Gnome shell isn't much better, but a little... as long as get nautilus as patch by ubuntu, can't live without decent type-ahead... I tried, and I'll never be able to move away...
A smart provider however will have implemented its data management software in such a way that only his client has the key to decrypt the data it just turned over to the government. That way it cannot even be forced to decrypt it without violating the rules of mathematics and complexity theory.
The problem is that sometimes the key is temporarily present on the providers machines, either sent with API requests for server-side encryption, or present on a VM running client software in provider cloud.
And as of recent stories it seems US govt believes it can't force the cloud provider to record the key when temporarily present. To me that is the equivalent for forcing the provider to spy on your behalf because the provider isn't merely providing stuff it has on file. Curious what is your take on this?
If you need to share the key with the provider....
Yes, it's not the same a client side encryption. It's hardly an alternative, but it is most certainly a valuable addition.
It won't protect you from the NSA, etc.. But it can protect you from accidental leaks of credentials, compromised accounts, rouge under paid datacenter interns, discarded harddrives ending up who know where... Or software bugs at the provider.
It's an extra layer of attack mitigation that you should use in combination with client encryption, because client side encryption is easy to get wrong, so having an extra layer is good.
Also I'm sure this helps with compliance of regulations that might not always make sense...
Public IT is definitely who should not be responsible for this kind of testing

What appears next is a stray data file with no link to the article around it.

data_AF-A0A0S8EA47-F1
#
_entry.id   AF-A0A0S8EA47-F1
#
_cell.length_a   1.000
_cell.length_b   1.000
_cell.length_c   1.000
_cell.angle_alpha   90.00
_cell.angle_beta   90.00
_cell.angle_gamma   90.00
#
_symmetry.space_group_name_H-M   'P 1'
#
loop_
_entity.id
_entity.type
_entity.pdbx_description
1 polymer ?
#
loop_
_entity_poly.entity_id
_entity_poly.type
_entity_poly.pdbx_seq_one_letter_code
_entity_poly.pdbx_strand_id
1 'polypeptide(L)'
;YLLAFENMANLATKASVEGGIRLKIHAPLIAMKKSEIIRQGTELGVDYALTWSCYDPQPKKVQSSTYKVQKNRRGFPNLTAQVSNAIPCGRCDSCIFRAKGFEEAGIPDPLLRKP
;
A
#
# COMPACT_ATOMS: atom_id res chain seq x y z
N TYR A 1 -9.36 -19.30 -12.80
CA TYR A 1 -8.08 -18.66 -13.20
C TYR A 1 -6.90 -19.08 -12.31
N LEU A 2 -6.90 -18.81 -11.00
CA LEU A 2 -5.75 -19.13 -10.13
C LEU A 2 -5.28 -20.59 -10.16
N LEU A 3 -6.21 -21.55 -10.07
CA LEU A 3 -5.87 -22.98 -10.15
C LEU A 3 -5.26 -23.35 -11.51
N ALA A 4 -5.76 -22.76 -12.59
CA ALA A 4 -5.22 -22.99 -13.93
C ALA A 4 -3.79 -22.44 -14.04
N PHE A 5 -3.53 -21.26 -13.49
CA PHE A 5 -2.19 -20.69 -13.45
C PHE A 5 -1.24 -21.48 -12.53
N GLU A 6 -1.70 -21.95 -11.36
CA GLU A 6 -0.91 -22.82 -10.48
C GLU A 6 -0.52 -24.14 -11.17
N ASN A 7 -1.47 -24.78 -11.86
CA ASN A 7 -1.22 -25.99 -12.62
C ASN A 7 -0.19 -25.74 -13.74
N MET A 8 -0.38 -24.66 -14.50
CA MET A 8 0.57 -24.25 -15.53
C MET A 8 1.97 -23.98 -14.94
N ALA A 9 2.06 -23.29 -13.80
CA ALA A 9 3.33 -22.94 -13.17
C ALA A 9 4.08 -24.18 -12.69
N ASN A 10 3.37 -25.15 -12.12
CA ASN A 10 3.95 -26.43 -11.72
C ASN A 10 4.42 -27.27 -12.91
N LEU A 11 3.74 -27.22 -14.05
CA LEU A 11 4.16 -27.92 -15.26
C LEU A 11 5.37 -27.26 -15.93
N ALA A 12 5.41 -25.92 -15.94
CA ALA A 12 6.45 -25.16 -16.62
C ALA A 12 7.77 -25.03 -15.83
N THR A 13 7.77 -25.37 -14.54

Remember the debate after heart bleed... We were all asking ourselves how come nobody invested in security auditing for openssl.
We all took this infrastructure project for given. For the public sector to invest in some open source infrastructure projects is not a bad idea.
I'm not suggesting that the public sector review everything, but for the public sector to identify and invest in a few heavily re-used open source projects is not bad idea. It's like public sector investment in roads and other infrastructure.
there are armed police at all UK commercial airports now, have been since 9/11.
But officers in the UK are better trained and less trigger happy.
there's 3 years of development time between now and 2019, and with Microsoft's deep pockets
Microsoft is stupid... Sad but true. They are not developing consistent services. Throw whatever money you want after it, if you have no single user manage, authentication and authorization system covering all APIs you loose. If you have different arbitrary restrictions on what ASCII chars is allowed when naming resources for different services (just in azure storage service, not counting everything else), it's going to fail...
AWS is not perfect, but it is fairly consistently designed... As in IAM users and policies for all access control (with exception of S3 which has some legacy options too)...
It's pretty clear that azure services are being developed by different teams who don't talk to each other.
I also have a few with Amazon too. No trouble there either. How is Azure sketchy?
An azure storage accounts have a single secret key shared between all users... If you have two servers/apps/persons using the same storage account they MUST share the same secret key. You can issue temporary keys, but you have to build an manage an authorization system that issues such keys. The user management in azure does not extend to cover storage accounts other than all or nothing, and all users share the same secret key. This is insane! Unthinkable in any non-trivial deployment.
Holy shit, the video doesn't just claim to be supported by the organization; it contains zero hint that it's a parody, at all. It looks very authentic...
When you can't tell the difference between parody and reality, you have to ask yourself if maybe reality have gotten too crazy...
Take an astronaut to launch.